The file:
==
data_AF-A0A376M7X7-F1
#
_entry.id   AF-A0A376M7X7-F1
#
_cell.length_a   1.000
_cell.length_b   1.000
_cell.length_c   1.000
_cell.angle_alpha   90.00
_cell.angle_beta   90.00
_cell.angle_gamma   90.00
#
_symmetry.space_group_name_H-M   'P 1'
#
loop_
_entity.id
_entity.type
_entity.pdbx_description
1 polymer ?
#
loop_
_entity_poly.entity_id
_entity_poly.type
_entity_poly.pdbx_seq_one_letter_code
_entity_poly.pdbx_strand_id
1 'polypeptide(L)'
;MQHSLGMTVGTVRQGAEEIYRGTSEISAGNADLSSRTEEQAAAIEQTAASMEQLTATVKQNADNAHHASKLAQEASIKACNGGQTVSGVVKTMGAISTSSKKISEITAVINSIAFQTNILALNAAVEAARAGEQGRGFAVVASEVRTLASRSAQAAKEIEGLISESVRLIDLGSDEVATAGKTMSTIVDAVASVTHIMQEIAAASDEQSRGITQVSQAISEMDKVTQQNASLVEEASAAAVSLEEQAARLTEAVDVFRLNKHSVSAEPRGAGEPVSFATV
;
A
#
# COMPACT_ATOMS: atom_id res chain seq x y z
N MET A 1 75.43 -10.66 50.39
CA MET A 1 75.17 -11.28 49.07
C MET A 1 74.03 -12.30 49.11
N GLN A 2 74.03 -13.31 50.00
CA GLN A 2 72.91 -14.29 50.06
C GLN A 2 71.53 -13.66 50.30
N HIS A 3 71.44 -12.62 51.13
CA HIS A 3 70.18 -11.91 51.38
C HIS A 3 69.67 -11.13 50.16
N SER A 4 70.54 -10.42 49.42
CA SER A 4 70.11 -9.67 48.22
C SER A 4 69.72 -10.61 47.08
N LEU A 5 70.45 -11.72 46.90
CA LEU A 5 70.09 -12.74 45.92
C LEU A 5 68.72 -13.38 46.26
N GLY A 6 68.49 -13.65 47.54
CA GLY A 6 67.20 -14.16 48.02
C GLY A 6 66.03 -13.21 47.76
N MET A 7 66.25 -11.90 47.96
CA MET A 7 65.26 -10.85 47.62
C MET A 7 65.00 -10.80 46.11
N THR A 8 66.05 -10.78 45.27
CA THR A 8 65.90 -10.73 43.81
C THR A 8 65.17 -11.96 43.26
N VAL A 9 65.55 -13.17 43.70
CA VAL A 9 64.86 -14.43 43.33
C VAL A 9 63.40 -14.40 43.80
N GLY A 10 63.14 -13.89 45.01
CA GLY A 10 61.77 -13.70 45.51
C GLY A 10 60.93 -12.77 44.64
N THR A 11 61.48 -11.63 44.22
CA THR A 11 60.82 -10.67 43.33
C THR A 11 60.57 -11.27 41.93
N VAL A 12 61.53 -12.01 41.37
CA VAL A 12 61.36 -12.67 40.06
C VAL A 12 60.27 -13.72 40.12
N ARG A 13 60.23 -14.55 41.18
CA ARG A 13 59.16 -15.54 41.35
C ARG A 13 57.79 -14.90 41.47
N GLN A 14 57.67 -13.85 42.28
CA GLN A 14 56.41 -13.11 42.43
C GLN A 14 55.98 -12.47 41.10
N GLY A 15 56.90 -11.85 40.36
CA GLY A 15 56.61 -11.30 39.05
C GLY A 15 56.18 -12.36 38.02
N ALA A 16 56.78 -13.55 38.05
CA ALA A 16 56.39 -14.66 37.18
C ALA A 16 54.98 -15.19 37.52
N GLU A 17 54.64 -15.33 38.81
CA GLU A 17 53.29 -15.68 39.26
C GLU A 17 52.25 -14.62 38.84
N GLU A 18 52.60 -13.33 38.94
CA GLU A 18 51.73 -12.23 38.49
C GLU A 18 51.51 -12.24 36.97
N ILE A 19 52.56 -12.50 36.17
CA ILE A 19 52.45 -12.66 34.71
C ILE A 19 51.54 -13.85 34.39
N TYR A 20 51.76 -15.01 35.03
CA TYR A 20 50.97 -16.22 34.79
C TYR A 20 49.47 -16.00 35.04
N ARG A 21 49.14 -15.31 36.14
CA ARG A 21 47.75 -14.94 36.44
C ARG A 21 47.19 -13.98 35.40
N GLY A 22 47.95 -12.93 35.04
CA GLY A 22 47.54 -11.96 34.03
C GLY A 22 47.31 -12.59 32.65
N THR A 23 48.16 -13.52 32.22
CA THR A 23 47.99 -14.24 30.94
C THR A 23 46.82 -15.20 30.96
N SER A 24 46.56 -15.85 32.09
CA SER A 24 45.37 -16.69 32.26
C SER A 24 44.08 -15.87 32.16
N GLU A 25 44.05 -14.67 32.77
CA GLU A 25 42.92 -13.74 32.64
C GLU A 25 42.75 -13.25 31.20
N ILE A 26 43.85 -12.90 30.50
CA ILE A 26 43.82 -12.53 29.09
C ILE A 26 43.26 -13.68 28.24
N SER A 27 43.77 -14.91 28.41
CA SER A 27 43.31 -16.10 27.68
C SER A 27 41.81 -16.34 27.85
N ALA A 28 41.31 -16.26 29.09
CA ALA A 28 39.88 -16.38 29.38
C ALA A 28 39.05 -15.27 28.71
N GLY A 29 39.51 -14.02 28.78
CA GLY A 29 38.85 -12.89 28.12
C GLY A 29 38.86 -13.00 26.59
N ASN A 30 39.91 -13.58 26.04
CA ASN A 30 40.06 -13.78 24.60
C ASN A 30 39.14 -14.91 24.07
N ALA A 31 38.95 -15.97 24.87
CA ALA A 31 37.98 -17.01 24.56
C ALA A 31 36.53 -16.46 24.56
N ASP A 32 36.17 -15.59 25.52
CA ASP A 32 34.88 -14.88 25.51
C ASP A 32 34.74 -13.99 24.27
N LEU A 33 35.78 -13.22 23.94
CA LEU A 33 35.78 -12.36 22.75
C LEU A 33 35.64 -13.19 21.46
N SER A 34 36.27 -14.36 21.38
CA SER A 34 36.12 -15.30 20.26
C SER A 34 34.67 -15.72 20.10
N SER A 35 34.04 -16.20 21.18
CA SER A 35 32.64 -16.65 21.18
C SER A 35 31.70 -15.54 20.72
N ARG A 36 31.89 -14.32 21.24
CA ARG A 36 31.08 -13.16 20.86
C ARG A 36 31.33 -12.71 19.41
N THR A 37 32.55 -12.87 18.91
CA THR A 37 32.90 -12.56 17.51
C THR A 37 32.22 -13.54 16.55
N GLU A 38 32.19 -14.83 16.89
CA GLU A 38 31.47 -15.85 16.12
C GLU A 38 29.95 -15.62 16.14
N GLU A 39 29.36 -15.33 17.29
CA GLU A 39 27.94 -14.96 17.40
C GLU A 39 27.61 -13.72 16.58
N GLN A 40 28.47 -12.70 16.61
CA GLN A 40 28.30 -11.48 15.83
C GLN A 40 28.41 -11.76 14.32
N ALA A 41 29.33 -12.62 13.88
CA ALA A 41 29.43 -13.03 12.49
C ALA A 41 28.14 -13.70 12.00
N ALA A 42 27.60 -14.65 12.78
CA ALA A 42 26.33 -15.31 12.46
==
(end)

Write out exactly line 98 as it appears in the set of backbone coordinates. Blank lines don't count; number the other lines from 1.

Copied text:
CA THR A 23 47.99 -14.24 30.94